*** DEBUG START ***
*** DEBUG END ***

Pathology of the gilded cage

10 January 2014

NIGELLA LAWSON has emerged from her recent domestic troubles, bloodied but unbowed, confessing that she survived Christmas by an over-indulgence only in chocolate.

Her marriage to Charles Saatchi was a tragedy. When he confessed in court that he still adored her, and was broken-hearted to have lost her, it was difficult not to feel sympathy for this strange, reclus­ive man. And yet his love seems to have expressed itself in the form of complete control.

Like the strange art works he so famously collected, Nigella's value to him seems to have been as a pos­session. She was a bird in a gilded cage; fascinat­ingly other, but ulti­mately, it seems, a prisoner of his will.

Perhaps there is a pathology here that is, sadly, sometimes found in pas­­­sionate relationships, where one part­ner's understanding of love is so im­­poveri­shed that it can be ex­­pressed only in domination. The person who is loved in this way is pampered and adored, but at the same time choked of authentic life. The only escape ultimately is to break free.

As far as I am aware, religion played no part in the Saatchi/Lawson relationship, but the arche­­­­­­­­type of controlling male and su­­­b­­­­­­­­missive wife has, until very recently, been encouraged by most forms of religion. Today it is still upheld by some Evangelical Chris­tians, and it manifests itself widely in Islam.

Yet we are not so far away from it that we can be complacent: 60 years ago, when I was a child, there was a widespread assumption that it was the divinely given vocation of the man to be the head of the house­hold, while the wife was the heart. The task of the man was to exercise "headship", while the woman obeyed as part of her obedi­­­­­ence to Christ. If he was cruel, or even violent, she must put up with it.

All this fitted in well with the longing for "normality" after the Second World War, and much church teaching supported this domestic pattern. Of course, not all marriages in which such teaching was accepted became so peculiarly stifling as the Saatchi/Lawson one seems to have been, and church teaching was (and is) nuanced - the dominant male had to remember that his headship re­­quired him to make sacrifices.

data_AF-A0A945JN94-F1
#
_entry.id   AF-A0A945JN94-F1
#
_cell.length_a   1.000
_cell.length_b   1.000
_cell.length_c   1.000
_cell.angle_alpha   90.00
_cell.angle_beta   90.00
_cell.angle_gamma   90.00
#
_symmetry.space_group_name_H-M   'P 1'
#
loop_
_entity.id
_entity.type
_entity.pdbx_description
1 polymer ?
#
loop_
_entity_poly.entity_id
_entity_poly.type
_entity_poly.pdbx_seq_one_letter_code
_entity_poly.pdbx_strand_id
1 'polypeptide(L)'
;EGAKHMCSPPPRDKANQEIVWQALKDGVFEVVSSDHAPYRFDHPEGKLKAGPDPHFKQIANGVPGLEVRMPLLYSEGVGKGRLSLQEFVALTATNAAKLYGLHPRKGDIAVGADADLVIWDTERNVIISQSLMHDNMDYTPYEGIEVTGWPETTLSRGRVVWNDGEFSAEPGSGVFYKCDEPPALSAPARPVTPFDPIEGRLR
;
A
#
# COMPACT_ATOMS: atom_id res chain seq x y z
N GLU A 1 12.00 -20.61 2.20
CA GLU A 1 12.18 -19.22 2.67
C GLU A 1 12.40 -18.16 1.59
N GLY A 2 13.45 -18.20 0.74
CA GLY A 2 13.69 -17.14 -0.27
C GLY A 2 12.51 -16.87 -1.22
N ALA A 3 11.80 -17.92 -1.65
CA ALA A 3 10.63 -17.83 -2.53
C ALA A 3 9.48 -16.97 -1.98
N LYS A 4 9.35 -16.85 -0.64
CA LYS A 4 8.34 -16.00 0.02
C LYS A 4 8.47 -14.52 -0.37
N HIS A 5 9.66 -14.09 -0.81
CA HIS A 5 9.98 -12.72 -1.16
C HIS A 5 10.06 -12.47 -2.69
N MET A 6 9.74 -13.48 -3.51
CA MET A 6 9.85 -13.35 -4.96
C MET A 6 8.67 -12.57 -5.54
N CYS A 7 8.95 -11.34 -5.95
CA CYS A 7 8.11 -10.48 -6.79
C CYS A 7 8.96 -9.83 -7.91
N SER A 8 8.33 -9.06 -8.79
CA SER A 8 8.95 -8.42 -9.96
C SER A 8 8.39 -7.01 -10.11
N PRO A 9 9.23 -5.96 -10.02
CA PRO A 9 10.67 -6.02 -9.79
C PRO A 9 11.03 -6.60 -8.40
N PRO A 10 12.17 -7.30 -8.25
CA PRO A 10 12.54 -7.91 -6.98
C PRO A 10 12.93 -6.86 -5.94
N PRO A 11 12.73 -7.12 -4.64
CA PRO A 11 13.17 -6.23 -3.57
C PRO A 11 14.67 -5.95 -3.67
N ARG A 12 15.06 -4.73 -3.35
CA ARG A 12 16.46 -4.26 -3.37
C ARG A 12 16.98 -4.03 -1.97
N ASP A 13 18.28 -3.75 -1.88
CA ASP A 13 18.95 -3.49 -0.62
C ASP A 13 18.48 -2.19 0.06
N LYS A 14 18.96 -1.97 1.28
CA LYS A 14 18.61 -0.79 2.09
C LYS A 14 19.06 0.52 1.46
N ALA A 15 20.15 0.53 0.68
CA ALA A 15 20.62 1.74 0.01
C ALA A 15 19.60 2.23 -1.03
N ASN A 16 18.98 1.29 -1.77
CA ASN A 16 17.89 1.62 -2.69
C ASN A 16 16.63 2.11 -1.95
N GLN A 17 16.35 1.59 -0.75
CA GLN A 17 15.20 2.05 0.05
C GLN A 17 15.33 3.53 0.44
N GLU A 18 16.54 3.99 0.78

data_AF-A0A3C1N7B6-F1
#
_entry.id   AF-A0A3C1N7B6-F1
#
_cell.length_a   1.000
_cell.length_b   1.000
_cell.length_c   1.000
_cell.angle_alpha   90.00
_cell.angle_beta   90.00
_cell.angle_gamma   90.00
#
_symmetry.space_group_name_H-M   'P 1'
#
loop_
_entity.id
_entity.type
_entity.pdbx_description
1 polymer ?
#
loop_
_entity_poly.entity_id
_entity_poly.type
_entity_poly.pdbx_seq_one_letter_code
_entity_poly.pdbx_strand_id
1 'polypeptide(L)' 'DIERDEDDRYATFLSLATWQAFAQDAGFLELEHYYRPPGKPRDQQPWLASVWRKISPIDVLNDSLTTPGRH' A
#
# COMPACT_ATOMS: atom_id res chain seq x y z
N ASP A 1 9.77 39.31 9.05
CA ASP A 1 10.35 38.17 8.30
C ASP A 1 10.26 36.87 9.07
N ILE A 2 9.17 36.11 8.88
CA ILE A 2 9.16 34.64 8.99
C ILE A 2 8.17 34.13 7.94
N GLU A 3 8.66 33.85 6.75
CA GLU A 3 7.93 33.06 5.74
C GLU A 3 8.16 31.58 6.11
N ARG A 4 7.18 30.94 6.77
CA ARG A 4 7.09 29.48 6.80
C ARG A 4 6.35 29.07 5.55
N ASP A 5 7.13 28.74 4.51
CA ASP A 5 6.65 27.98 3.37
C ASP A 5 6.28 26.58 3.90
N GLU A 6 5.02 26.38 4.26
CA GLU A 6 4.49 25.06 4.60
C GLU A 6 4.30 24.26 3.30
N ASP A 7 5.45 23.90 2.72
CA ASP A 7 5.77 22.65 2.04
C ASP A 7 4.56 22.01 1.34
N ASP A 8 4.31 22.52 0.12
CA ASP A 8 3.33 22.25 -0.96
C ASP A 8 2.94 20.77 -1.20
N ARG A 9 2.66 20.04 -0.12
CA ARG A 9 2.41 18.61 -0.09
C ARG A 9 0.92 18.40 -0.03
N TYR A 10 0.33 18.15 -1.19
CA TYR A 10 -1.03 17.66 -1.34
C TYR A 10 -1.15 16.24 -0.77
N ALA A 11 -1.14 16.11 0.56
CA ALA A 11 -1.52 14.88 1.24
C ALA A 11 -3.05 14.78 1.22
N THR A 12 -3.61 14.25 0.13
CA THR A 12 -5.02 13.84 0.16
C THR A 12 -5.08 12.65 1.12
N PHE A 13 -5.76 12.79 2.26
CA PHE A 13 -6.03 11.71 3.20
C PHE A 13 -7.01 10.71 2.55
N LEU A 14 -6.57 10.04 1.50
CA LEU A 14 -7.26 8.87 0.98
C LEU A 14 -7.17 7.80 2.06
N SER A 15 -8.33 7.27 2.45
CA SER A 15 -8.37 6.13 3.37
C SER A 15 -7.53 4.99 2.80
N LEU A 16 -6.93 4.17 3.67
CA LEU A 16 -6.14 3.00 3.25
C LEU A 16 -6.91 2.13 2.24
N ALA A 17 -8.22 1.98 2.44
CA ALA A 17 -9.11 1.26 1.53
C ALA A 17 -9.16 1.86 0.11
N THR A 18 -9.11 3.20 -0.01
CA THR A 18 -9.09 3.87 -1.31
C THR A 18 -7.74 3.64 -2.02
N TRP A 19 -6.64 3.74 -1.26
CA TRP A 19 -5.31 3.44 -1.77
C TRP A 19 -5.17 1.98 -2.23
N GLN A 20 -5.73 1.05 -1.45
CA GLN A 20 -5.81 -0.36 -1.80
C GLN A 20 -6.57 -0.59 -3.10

The really staggering thing, how­­­­­ever, is how a dangerously con­trolling pathology could be so easily hidden inside that appar­ently God-given arrange­ment. To­­day, we find it scan­dalous. I, for one, am glad that Nigella has flown her cage. But millions of devout married women of the recent past were not so lucky.

The Revd Angela Tilby is Diocesan Canon of Christ Church, Oxford, and Continuing Ministerial Devel­opment Adviser for the diocese of Oxford.

Letters to the editor

Letters for publication should be sent to letters@churchtimes.co.uk.

Letters should be exclusive to the Church Times, and include a full postal address. Your name and address will appear alongside your letter.

Forthcoming Events

6-7 September 2022
Preaching as Pilgrimage conference
From the College of Preachers.

27-28 September 2022
humbler church Bigger God conference
The HeartEdge Conference in Manchester includes the Theology Slam Live Final.

More events

The Church Times Archive

Read reports from issues stretching back to 1863, search for your parish or see if any of the clergy you know get a mention.

FREE for Church Times subscribers.

Explore the archive

Welcome to the Church Times

​To explore the Church Times website fully, please sign in or subscribe.

Non-subscribers can read four* articles for free each month. (You will need to register.)

*Until the end of June: we’re doubling the number of free articles to eight, to celebrate the publication of our Platinum Jubilee double issue.